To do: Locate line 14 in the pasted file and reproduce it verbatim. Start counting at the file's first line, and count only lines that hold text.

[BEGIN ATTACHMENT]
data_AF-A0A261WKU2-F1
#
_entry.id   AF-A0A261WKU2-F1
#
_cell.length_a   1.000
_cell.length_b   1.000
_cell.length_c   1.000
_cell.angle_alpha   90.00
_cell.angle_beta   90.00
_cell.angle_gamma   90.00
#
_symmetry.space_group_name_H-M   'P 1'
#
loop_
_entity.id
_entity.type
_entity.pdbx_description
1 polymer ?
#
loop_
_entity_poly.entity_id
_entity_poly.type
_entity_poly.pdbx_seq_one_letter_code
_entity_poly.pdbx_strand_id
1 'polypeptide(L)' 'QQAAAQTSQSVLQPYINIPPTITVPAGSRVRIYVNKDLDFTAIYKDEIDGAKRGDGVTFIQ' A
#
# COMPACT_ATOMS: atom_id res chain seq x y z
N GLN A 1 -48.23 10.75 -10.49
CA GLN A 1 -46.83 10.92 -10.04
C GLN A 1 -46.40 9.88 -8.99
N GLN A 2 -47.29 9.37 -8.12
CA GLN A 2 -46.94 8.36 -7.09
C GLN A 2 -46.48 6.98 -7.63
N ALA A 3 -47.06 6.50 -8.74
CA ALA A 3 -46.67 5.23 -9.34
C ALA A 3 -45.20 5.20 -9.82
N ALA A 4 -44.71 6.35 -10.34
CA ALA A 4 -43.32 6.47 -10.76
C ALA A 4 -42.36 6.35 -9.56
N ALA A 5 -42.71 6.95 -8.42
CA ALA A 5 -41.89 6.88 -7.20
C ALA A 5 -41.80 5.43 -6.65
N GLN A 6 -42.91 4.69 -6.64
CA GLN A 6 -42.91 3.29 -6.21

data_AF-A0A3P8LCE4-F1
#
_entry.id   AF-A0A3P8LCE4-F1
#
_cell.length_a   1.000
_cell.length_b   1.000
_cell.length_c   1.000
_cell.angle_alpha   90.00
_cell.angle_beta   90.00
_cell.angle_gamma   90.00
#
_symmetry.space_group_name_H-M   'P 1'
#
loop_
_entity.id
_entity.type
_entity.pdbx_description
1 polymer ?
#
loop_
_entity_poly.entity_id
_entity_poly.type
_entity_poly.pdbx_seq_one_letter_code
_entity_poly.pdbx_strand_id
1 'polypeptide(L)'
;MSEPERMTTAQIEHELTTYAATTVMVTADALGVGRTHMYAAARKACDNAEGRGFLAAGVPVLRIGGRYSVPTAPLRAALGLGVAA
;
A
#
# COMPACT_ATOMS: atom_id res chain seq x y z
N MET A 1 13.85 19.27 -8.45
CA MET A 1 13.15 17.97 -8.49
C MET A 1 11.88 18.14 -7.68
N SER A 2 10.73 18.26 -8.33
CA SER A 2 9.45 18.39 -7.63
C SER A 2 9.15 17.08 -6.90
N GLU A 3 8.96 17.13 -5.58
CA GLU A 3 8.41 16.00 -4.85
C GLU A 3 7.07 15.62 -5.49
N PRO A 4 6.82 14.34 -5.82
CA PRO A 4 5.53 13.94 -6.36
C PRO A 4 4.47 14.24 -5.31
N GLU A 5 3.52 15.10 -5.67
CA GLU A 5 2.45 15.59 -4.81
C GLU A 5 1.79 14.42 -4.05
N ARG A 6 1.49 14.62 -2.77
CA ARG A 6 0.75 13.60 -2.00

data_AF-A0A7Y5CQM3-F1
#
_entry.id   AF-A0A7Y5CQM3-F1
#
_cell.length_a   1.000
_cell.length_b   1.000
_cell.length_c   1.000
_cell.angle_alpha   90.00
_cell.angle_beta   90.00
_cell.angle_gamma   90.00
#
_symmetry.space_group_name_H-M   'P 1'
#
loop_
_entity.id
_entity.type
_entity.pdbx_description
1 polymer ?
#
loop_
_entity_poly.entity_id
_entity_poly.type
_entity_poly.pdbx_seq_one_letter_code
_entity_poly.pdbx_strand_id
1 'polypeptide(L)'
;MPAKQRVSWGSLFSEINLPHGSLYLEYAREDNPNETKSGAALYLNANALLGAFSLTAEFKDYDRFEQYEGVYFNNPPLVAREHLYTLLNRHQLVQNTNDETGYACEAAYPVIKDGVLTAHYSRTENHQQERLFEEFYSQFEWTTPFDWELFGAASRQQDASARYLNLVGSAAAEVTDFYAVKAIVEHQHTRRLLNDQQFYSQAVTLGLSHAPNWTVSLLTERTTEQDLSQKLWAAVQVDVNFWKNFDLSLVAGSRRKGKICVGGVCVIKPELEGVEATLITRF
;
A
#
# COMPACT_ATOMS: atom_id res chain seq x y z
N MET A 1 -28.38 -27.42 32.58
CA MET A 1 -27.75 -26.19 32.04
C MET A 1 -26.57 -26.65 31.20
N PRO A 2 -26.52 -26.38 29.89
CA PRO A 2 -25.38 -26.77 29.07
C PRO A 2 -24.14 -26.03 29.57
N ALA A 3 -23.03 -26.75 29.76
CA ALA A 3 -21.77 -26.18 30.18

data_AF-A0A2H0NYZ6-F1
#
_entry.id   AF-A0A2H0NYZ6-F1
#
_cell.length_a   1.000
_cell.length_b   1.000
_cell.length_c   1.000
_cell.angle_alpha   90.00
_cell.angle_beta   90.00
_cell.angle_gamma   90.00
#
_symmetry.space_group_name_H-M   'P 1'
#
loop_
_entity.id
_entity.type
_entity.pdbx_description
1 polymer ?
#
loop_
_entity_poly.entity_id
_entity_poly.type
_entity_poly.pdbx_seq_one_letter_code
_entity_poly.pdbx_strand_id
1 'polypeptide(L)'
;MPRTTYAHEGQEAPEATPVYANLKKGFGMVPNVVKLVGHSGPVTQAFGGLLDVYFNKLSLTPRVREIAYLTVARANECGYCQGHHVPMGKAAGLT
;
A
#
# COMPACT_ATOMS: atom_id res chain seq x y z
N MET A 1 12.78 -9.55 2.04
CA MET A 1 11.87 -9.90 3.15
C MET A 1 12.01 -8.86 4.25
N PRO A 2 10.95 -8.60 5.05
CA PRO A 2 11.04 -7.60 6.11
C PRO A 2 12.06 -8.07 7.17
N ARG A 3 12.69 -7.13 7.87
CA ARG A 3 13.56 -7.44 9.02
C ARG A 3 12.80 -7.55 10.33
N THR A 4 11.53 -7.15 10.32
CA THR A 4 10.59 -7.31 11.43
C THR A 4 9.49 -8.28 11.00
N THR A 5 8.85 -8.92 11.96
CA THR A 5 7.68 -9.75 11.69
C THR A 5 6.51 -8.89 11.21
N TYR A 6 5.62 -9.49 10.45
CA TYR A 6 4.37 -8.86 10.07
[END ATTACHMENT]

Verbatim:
loop_